*Try our cauliflower wraps recipe that you can make ahead if you have a gluten free guest – see the recipes
* An alternative vegetarian orzo salad can be found in the recipes to add to your al fresco dining table for everyone.

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PeaPestoPastaWe have a rather new celebration to add to our diaries this month. July welcomes the third Great British Pea Week from the 9-15th July 2018 and it’s an acknowledgement of this great little vegetable that we all love.

Whether you’re a meat eater, vegetarian, vegan, coeliac, trying to lose weight or improve your health in general, it’s quite likely that peas are on your menu. But as you easily and quickly boil up some water for this simple, sweet vegetable to add to your meal, do you ever stop and ponder over the work that takes places to get those little pods to your freezer?

On average, everyone in Britain eats around 9,000 peas a year. That’s a lot of peas! If you consider that the pea season is only 6-8 weeks long and the UK pride themselves with picking and freezing each pea within 150 minutes, have you ever given any thought to the huge undertaking our farmers perform each year at that time?

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Italian Roll upsJune seems to a month of celebratory and social “get togethers” when it comes to National Food Days. We have The Big Lunch (3rd June), National Picnic Week (15-24th June), The Great Get Together (22-24th June) and even a National Cream Tea Day (29th June) and World Gin Day (9th June), if you’re feeling very social!

So, what is it about the month of June that brings all of these wonderful celebrations together around the same time? I reckon it’s a lot to do with the weather. The sun comes out, the picnic blankets are given a good shake and the outdoor furniture and soft furnishings are given a thorough dusting, all ready for us to bask in the emerging summer sun with good food and high spirits.

It’s great that there are these wonderful initiatives to bring families and communities together and its really worth considering all the positives for sitting down and eating together. There are many studies that show that those who sit down together regularly for meal times, have better communication skills, they are less likely to have weight issues, their diets and nutrition are more diverse, and they have stronger relationships.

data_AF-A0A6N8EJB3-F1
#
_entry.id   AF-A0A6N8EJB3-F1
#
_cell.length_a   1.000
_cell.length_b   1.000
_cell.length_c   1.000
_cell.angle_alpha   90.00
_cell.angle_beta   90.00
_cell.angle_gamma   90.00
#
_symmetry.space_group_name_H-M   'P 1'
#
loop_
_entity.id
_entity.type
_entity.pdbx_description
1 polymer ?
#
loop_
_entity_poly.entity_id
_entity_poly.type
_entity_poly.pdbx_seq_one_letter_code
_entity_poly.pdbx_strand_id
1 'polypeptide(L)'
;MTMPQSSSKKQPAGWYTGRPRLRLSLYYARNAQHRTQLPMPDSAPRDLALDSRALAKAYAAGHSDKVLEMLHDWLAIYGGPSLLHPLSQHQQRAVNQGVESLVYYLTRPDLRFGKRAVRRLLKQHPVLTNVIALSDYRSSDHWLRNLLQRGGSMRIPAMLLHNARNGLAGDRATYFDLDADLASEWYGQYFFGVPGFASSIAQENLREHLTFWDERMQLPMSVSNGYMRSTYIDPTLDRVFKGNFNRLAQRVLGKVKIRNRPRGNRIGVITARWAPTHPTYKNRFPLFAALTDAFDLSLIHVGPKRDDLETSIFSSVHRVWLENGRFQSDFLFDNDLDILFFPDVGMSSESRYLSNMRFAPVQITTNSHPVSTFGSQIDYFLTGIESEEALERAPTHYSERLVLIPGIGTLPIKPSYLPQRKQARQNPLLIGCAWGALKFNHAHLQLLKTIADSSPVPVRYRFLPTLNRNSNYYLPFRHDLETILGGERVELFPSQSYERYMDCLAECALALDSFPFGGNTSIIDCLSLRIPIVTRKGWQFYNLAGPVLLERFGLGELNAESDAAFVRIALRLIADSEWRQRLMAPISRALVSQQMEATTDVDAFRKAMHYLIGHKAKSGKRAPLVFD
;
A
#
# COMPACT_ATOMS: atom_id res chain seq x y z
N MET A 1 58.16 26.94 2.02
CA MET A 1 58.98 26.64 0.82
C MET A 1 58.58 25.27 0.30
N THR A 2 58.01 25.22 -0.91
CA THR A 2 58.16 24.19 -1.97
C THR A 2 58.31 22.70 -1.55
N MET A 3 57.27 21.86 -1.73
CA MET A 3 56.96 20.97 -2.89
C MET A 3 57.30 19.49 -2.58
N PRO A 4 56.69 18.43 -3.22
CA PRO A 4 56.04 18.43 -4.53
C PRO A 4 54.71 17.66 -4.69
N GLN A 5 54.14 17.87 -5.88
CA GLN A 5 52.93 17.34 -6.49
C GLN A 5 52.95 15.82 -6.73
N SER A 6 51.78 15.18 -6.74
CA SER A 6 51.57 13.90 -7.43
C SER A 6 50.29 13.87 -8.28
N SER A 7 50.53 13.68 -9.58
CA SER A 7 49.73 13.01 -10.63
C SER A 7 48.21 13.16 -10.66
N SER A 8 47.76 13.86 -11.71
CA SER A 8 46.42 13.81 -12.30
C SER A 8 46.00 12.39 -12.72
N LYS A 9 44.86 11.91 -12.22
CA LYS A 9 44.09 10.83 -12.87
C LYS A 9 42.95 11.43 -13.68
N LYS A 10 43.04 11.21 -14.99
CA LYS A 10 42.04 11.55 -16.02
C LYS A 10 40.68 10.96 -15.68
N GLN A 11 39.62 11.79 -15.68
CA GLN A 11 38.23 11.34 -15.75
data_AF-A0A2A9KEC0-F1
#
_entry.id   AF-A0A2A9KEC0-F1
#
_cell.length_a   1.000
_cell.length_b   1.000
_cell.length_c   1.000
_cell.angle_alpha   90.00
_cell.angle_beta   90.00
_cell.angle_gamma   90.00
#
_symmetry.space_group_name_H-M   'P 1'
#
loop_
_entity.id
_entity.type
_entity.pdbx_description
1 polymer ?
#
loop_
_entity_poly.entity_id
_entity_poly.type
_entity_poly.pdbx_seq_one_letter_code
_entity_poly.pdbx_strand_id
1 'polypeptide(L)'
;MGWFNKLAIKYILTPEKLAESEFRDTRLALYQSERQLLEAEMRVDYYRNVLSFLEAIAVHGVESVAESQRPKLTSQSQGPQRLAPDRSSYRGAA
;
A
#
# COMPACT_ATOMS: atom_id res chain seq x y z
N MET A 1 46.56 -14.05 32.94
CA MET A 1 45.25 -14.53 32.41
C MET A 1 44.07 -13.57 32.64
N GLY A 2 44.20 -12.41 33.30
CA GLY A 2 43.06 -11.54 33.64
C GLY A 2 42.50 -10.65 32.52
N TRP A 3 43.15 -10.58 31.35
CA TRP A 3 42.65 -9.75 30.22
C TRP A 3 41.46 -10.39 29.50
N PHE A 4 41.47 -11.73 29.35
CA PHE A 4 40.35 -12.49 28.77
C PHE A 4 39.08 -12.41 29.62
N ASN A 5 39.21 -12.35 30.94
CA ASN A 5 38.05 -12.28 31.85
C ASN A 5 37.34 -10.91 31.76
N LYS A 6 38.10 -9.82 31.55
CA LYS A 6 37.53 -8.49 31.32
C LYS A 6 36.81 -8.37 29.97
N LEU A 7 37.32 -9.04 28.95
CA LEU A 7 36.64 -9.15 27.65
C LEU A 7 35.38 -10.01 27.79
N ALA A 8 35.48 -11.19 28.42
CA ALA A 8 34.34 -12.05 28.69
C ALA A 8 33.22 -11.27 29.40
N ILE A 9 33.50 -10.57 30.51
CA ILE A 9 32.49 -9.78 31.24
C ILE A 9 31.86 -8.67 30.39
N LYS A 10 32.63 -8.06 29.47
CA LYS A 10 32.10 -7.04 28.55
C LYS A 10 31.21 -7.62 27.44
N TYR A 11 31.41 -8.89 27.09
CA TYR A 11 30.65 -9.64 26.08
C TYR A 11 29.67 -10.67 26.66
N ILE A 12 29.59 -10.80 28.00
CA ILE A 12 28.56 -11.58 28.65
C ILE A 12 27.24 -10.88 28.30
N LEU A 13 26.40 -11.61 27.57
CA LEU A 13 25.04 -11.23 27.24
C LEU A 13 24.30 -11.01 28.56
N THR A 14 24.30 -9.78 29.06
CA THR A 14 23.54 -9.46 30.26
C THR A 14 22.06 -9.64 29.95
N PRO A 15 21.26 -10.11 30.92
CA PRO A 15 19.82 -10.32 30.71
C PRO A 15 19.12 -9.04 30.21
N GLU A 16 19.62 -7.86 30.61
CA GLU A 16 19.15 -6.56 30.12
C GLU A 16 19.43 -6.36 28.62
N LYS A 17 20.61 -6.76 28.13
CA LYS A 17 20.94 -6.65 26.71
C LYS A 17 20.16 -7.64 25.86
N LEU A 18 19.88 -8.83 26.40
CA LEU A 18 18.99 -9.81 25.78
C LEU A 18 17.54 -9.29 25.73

There are many associations that work towards socialising individuals who for whatever reason find themselves quite isolated. Contact The Elderly are a charity who work hard at getting tea parties organised for care, conversation and a cuppa, giving older adults on their own a chance to get together with others. This is such a great initiative that provides support for the elderly and enriches lives.

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national veggie weekWith Veggie Week looming it’s worth taking a moment and thinking about all the positive aspects of being a Vegetarian and celebrating the meat-free life that many of us follow.

Provided you are following a well-planned and well-balanced diet, Vegetarians are known to have a higher consumption of fibre, folic acid, Vitamins C and E and many phytochemicals (which are the wonderful, highly beneficial nutrients found in plants). They are also found to have lower cholesterol as they consume lower levels of saturated fat, also resulting in lower blood pressure and a reduced risk of heart disease. All sounds pretty good, right?
Life is so precious, animal and human, and there are many who decide that their own life shouldn’t depend on the demise of another; this decision is one that more and more people make nowadays and this is leading to so many other benefits too.

How about education? Vegetarians (and Vegans) are likely to be much more aware of their bodily requirements when it comes to nutrition.